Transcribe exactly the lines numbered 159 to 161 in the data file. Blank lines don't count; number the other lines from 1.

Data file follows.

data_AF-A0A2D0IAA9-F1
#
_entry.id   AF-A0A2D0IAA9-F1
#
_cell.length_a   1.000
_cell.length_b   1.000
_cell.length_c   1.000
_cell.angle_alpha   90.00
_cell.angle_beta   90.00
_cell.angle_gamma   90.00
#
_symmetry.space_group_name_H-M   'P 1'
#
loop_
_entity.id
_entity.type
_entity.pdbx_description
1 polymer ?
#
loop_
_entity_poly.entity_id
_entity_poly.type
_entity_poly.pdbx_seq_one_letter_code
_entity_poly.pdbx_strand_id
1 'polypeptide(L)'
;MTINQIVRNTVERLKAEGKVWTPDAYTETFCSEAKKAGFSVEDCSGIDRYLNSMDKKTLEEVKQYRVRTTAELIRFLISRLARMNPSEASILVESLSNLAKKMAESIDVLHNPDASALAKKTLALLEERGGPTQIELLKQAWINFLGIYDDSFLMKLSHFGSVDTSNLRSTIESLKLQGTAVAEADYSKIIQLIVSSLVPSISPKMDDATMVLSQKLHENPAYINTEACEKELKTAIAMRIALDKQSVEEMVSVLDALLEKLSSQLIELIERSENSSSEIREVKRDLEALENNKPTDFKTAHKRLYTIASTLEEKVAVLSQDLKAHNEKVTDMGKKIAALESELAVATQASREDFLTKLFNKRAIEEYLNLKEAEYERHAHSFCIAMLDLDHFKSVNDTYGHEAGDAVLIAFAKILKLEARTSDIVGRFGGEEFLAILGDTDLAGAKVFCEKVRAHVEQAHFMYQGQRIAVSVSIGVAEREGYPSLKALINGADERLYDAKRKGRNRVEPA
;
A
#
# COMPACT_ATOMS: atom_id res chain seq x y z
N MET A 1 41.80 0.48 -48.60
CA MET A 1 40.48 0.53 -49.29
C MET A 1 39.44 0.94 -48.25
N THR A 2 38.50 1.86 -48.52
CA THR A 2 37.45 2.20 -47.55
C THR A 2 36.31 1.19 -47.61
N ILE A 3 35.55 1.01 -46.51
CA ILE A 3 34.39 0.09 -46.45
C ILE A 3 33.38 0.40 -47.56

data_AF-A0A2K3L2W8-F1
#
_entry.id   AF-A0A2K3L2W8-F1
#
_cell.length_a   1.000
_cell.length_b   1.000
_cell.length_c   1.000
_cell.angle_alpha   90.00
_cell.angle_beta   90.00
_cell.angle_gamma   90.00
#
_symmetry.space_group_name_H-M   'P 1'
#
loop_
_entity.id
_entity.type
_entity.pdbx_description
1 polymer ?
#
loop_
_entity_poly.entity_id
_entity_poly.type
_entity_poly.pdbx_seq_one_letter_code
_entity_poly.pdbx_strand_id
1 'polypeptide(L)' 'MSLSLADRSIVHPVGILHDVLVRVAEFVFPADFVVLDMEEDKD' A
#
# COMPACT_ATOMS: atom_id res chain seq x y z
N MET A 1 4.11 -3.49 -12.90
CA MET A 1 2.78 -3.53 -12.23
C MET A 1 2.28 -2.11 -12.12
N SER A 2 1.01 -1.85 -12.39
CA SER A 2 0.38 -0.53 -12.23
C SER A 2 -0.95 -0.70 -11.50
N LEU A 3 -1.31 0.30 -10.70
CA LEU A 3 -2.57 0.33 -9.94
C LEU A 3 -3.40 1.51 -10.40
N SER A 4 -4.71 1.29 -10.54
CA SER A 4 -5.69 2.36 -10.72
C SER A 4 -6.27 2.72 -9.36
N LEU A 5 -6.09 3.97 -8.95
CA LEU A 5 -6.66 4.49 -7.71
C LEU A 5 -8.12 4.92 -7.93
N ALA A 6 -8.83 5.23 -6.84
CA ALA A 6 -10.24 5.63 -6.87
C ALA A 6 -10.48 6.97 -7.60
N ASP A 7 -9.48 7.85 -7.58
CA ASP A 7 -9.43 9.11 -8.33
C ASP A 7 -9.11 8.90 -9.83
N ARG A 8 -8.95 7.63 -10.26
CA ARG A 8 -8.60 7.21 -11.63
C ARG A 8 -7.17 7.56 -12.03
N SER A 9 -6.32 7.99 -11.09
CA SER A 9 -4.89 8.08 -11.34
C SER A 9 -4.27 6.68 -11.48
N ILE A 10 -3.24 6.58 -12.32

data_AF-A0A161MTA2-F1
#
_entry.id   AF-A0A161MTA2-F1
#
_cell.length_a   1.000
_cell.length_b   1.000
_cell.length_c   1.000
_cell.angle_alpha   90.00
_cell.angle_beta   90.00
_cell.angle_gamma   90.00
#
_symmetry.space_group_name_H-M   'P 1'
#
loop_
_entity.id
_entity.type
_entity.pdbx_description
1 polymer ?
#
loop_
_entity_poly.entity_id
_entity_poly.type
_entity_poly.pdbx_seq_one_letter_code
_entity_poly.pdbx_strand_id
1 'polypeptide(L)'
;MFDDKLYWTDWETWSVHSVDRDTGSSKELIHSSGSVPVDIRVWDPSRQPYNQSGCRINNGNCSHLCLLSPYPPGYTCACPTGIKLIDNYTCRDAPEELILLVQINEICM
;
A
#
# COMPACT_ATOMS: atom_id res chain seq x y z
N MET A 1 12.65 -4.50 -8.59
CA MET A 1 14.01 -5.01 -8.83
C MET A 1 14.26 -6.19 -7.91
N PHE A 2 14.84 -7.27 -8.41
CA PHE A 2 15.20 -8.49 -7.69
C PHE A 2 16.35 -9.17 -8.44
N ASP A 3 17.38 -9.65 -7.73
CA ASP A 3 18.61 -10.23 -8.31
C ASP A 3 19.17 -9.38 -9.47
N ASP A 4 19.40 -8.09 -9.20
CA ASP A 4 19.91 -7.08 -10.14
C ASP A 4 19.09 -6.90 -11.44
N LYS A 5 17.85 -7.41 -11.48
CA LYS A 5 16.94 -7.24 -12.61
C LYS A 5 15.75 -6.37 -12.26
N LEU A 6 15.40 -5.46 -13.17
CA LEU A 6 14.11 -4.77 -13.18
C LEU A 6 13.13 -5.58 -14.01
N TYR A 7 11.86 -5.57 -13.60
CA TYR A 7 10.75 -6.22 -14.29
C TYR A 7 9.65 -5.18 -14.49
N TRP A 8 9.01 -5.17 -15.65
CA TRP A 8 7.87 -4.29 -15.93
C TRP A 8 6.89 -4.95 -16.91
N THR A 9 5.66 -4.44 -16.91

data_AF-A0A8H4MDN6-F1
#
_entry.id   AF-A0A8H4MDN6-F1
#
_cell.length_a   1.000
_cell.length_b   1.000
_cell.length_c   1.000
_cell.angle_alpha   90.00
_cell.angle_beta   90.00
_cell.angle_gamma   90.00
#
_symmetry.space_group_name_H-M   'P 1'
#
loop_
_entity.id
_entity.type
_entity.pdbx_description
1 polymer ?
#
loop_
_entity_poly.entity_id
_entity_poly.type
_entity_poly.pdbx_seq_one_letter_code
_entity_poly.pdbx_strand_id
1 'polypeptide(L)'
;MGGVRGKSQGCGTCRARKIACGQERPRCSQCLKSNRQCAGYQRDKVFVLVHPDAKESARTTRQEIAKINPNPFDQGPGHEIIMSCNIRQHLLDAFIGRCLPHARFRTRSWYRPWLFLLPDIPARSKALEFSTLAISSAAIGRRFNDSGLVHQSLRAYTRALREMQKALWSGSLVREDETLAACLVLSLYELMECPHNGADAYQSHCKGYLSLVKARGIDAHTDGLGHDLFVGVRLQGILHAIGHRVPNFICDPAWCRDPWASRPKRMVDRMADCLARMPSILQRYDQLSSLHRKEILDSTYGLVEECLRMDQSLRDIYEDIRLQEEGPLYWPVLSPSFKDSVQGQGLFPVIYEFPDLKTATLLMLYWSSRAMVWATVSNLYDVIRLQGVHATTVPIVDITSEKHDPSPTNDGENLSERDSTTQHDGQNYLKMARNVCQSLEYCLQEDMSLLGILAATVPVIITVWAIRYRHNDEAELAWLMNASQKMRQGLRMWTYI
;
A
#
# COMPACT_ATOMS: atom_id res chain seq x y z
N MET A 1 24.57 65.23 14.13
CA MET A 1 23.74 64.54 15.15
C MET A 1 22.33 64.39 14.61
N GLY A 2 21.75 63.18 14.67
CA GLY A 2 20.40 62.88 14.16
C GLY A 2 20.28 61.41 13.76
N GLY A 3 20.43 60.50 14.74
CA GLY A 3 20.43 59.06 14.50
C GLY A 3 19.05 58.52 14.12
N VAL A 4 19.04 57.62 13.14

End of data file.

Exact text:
_cell.angle_gamma   90.00
#
_symmetry.space_group_name_H-M   'P 1'